An extensive overhaul of HOA election procedures takes effect in 2020 after passage of the controversial SB 323. Here is a recap of the many changes:
- The law at Civil Code 5100(g) will finally allow votes by acclamation when, at the close of nominations, there are not more candidates than open seats. Unfortunately it only applies to HOAs of over 6,000 members.
- Associations will be required by a new Civil Code 5100(a)(2) to hold board elections at least every four years. This will affect few HOAs, since most have board terms which are one or two years in length.
- In the past, many HOAs have held hearings to suspend the voting rights of members delinquent in their assessments, and others have bylaws barring such homeowners from voting. The new Civil 5105(g)(1), however, requires HOAs to give ballots to all association members. So, delinquent members may vote on HOA matters, even though they are not paying their share of the HOA expenses.
- Although some HOAs allowed managers to serve as the Inspector of Election, under the new Civil Code 5110(b) this is prohibited.
- Some HOA Bylaws do not require directors to be an association member, but the new Civil 5105(b) disqualifies non-members from serving.
- The new Civil 5105(c) allows associations in bylaws or election rules to disqualify candidates if the member: Is delinquent in assessments (without a payment plan in place); Has not been a member for at least a year; Is co-owner with another director; or Has a felony conviction which would harm the HOA’s ability to obtain fidelity (dishonesty) insurance. The law does not specifically state that these are the only disqualifications allowed.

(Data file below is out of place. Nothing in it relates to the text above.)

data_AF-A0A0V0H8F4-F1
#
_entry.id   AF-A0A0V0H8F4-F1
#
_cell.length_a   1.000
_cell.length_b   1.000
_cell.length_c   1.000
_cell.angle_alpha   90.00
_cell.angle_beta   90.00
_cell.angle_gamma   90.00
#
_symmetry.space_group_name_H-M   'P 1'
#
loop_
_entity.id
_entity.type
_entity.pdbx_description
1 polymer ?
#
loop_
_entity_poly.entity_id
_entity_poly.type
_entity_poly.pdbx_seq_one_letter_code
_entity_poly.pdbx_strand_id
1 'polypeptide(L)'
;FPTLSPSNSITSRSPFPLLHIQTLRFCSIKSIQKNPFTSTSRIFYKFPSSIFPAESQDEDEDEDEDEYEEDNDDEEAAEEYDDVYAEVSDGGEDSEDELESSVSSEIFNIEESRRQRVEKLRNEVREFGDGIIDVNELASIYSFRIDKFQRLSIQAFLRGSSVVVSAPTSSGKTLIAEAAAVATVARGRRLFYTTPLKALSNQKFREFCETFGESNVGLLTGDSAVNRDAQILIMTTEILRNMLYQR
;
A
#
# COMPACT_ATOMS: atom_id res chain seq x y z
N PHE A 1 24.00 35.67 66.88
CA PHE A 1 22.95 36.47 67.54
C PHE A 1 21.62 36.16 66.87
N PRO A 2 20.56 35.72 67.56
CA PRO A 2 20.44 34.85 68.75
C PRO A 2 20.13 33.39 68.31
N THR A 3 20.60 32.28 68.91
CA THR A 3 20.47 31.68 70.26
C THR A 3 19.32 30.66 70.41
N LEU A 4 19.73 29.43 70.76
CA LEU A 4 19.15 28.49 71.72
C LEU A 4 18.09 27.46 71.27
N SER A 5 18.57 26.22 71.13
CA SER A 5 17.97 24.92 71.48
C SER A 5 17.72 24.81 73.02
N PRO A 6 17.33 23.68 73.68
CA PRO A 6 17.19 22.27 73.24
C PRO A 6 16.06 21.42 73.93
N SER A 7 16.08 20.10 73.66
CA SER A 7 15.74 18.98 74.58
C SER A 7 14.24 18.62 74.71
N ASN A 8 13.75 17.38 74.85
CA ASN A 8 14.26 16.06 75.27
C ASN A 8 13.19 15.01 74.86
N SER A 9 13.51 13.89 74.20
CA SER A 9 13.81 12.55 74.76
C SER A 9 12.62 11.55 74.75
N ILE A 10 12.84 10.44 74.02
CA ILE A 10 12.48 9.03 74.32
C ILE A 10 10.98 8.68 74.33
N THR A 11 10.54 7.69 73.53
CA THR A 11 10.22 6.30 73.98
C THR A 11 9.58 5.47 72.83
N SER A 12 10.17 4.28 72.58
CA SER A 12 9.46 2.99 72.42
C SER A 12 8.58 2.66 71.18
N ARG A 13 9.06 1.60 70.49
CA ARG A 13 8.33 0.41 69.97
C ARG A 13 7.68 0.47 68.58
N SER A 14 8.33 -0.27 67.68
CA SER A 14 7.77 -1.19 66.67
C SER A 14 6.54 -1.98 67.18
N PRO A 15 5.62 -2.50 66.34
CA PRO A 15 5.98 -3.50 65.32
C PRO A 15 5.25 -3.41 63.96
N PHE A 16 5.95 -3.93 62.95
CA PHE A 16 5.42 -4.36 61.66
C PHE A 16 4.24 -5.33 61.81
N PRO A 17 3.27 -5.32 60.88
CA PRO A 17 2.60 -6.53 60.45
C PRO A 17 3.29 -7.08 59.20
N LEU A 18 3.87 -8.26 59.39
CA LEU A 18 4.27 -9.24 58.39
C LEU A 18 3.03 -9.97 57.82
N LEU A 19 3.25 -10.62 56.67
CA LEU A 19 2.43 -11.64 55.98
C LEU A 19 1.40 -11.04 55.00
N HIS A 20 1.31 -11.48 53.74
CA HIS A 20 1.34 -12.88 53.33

- One of the strangest parts of the new law is the new 5105(e), requiring that a candidate must be offered Internal Dispute Resolution (Civil 5900) before they can be disqualified. It is unclear how an association could negotiate someone’s ineligibility if they are a felon, or not a member, or a co-owner with a current director, but that is the new requirement.
- The greatest single problem for all HOAs is that the law lengthens the election cycle by at least 60 more days. Civil 5110 has long required ballots to be sent at least 30 days before counting of ballots. The new section 5115(b) requires the HOA announce the upcoming election and nominees at least 30 days before the ballots are distributed, and section 5115(a) requires that a call for nominations must have a deadline of at least 30 days. This means that, if everything is done on the shortest time frame, elections will take 90 days.
- Civil 5125 will require that the Inspector keep not only ballots but also signed voter envelopes, voter list, proxies and the “candidate registration list”. (However, the term “candidate registration list” is undefined.)
- Membership rosters normally include only names and mailing address Under Civil 5200(a)(9), those rosters now will include email addresses. Many members may choose under Civil 5220 to opt out of these lists.
- Lastly, the bill adds a new Civil 5910.1, barring HOAs from suing members if they asked for Internal Dispute Resolution and the HOA did not participate in good faith.
SB323 brings a bewildering (and occasionally nonsensical) set of changes, and associations should consult their attorneys – soon.
Written by Kelly G. Richardson
Kelly G. Richardson, Esq. is a Fellow of the College of Community Association Lawyers and Partner of Richardson Ober DeNichilo LLP, a California law firm known for community association expertise. Submit questions to Kelly@rodllp.com. Past columns at www.HOAHomefront.com. All rights reserved®.